The empirical essays, and the information given within them, show key examples and real-life applications of the theories presented in the earlier theoretical works. For example, in Shibutani’s article, he speaks about the role that one takes when they are in a certain situation. In Emerson’s article speaking about gynecological exams, she shows exactly what this theory means. The doctor, the patients, and the nurses all know what type of situation they are in and take on a certain type of role to ensure that the situation is maintained. Goffman’s theories can also explain the roles taken. In his dramaturgical approach, the doctors, nurses, and patients are all actors and the exam is the play they are putting on. They all take on a role, and act accordingly so as to not shatter the reality of the “play” they are putting on. Another example is Becker’s research on marijuana smokers. He states that people who have not smoked marijuana before have not had the experience of being high, and must emulate others so as not to break the role they are playing. They take social cues from others, and adapt that to their own experience, so they know what it is like to be high, and associate that with marijuana. Cooley’s theory of the “looking-glass” self also applies. The novice smokers are concerned with how the experienced smokers see them, so instead of admitting their inexperience, they watch them closely and mimic them, to provoke the “correct” response. They assume how the experienced smokers see them and change their actions accordingly. Mead’s research about interacting with society to form our self is shown in Hochschild’s research done with flight attendants. The flight attendants must interact with each passenger and adapt their self to adequately serve the passenger. The flight attendant must interact with their self as a buffer to ensure that what they say does not offend or frighten the passenger. All in all, each of the experiences of empirical data prove and cement the theoretical ideas presented.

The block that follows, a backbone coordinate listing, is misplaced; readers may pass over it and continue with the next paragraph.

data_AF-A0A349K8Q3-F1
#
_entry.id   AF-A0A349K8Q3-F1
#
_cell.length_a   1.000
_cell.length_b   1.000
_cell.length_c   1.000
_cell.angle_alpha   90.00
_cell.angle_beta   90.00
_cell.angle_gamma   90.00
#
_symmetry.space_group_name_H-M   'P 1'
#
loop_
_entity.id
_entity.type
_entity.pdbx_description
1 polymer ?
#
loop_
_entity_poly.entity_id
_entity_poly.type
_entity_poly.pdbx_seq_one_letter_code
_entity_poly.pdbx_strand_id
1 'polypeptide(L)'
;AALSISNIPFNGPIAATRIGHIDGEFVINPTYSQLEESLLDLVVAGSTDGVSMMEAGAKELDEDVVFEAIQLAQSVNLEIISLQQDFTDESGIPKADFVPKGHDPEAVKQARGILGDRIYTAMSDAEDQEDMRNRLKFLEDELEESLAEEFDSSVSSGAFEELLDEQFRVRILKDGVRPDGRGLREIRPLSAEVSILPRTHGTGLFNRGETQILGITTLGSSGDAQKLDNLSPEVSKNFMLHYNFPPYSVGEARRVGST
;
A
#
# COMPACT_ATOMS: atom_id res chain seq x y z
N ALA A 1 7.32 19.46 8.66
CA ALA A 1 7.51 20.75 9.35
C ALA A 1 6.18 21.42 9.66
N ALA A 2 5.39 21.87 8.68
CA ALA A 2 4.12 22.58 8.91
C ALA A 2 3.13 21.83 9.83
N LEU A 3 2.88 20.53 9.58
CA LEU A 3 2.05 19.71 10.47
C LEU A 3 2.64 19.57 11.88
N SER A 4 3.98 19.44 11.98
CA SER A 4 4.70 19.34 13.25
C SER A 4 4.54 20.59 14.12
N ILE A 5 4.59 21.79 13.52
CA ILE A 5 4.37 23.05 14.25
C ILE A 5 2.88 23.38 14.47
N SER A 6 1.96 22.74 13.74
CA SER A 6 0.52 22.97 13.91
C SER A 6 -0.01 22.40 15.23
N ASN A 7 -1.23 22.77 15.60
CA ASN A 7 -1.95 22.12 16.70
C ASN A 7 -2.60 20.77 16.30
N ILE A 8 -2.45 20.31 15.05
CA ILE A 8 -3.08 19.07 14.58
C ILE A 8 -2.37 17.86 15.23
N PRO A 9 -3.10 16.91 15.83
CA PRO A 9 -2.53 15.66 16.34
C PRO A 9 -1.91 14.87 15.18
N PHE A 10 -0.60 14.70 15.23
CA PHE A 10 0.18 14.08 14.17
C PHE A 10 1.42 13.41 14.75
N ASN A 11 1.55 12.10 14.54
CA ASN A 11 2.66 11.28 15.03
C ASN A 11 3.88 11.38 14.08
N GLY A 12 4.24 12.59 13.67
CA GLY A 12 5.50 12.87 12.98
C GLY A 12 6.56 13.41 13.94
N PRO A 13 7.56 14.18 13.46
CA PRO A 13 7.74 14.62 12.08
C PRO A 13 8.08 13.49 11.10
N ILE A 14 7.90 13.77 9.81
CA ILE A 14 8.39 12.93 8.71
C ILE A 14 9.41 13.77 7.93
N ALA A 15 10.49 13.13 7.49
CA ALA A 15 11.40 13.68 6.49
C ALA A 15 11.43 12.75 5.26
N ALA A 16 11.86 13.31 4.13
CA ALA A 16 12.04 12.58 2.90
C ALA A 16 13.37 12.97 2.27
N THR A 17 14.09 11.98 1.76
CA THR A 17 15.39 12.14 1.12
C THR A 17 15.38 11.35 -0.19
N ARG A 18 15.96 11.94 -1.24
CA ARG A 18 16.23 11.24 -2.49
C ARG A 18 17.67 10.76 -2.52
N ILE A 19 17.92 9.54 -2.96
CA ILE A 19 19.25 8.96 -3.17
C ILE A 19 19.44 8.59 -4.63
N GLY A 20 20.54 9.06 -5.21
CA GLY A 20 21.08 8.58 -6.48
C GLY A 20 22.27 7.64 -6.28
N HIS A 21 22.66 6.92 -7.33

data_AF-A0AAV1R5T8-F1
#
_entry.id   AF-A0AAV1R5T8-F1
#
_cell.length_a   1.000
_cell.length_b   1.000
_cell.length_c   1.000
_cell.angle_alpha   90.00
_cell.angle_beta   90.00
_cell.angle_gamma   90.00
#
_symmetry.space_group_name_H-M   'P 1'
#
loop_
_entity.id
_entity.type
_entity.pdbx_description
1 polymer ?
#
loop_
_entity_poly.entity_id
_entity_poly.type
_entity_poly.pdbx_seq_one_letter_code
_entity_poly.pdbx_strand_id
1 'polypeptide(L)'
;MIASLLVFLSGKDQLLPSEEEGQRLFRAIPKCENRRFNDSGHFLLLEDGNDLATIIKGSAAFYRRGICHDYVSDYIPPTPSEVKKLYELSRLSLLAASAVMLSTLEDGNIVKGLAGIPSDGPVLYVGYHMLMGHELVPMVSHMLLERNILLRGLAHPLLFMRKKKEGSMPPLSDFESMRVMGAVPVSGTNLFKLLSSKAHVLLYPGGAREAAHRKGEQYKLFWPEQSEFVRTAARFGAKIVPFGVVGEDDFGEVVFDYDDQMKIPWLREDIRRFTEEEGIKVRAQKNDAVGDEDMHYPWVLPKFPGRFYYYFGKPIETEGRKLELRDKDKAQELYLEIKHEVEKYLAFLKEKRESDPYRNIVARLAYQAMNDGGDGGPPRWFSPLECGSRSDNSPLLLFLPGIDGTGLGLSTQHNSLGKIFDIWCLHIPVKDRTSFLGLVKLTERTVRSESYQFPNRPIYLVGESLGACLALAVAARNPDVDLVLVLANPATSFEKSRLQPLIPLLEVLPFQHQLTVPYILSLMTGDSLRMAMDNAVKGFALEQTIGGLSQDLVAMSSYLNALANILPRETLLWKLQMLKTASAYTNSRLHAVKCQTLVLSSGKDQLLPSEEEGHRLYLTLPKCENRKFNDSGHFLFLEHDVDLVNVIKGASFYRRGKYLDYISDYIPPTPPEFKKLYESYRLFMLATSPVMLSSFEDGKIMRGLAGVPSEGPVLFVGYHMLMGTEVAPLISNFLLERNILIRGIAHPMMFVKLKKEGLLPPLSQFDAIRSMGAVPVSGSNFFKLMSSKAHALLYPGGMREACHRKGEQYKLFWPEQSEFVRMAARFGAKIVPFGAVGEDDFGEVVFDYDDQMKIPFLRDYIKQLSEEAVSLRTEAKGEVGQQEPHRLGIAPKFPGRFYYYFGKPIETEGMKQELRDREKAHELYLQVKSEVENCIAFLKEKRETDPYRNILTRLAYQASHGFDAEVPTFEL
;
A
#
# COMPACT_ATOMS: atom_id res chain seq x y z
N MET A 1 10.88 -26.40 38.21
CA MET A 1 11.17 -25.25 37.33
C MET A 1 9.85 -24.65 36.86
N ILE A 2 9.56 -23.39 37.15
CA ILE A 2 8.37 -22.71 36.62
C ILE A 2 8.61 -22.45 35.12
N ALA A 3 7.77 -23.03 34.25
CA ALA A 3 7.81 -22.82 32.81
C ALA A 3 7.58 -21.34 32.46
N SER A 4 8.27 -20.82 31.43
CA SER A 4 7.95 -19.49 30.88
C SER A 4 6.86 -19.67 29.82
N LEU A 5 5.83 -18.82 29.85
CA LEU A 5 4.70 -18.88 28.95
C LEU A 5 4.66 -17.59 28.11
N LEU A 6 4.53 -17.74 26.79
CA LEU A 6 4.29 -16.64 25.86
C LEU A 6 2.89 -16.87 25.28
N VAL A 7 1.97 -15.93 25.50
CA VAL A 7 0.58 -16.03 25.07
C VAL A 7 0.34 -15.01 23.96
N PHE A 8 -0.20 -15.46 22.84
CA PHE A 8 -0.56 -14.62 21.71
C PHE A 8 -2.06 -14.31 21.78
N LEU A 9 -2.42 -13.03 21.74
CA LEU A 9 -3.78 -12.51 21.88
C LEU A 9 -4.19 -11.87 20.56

In conclusion, the ideas and theories presented by the four researchers (Mead, Cooley, Shibutani, and Goffman) show various beliefs on how the self and social order is created within our society. The empirical research provided by Becker, Hochschild, and Emerson proves these theories and shows their validity and relevance in everyday life. While each of the researcher’s views are different and show different examples of social order, they are all equally valid and provide different glimpses on how the self and social order is formed.
- Charon, Joel M. 2007. Symbolic Interactionism: an Introduction, an Interpretation, an Integration. Upper Saddle River, NJ: Prentice Hall.
- O’ Brien, Jodi. 2011. The Production of Reality. 5th ed. Thousand Oaks, CA: Pine Forge Press.